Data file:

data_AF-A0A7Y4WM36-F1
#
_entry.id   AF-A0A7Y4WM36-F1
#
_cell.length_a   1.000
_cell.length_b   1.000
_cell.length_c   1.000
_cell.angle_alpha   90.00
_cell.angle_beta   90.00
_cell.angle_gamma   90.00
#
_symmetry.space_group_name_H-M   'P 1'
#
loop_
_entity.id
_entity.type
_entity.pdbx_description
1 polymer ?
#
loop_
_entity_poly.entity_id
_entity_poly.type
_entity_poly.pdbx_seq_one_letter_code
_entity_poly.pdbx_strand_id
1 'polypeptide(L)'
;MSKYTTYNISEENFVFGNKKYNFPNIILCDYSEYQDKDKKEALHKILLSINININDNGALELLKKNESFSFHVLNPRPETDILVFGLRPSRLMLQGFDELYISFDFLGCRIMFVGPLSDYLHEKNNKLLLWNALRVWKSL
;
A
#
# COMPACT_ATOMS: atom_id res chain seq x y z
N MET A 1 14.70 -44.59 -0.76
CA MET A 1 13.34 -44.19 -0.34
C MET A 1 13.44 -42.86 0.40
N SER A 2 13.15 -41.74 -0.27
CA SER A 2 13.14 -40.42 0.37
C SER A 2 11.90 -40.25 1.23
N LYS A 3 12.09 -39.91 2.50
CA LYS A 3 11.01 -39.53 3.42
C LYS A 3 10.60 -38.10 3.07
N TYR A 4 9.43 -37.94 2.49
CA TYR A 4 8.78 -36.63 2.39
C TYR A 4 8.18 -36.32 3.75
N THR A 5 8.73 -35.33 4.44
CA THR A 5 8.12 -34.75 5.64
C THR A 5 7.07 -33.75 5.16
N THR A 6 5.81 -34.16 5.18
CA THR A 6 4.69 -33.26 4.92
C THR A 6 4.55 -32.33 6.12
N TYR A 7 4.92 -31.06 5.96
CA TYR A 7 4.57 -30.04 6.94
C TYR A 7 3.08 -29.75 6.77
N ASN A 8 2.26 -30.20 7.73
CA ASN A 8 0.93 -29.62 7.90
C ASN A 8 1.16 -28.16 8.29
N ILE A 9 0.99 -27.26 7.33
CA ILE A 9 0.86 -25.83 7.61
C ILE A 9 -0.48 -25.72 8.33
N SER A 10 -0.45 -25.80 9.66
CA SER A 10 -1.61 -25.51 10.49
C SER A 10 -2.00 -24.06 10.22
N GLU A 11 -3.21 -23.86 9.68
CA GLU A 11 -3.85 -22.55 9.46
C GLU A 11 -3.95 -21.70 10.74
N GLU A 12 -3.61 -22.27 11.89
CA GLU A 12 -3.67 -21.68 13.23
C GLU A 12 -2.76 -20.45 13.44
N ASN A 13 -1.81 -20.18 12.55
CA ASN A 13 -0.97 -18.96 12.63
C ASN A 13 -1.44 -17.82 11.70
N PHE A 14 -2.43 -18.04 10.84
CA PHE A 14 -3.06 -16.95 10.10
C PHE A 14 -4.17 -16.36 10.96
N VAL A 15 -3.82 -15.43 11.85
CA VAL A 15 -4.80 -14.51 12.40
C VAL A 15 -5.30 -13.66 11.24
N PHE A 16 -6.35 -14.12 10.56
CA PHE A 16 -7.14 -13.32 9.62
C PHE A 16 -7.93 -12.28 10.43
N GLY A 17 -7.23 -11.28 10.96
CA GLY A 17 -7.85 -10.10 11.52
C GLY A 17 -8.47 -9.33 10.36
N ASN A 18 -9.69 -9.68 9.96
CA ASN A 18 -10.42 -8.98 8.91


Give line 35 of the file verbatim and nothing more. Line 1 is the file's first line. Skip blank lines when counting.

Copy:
CA SER A 2 13.14 -40.42 0.37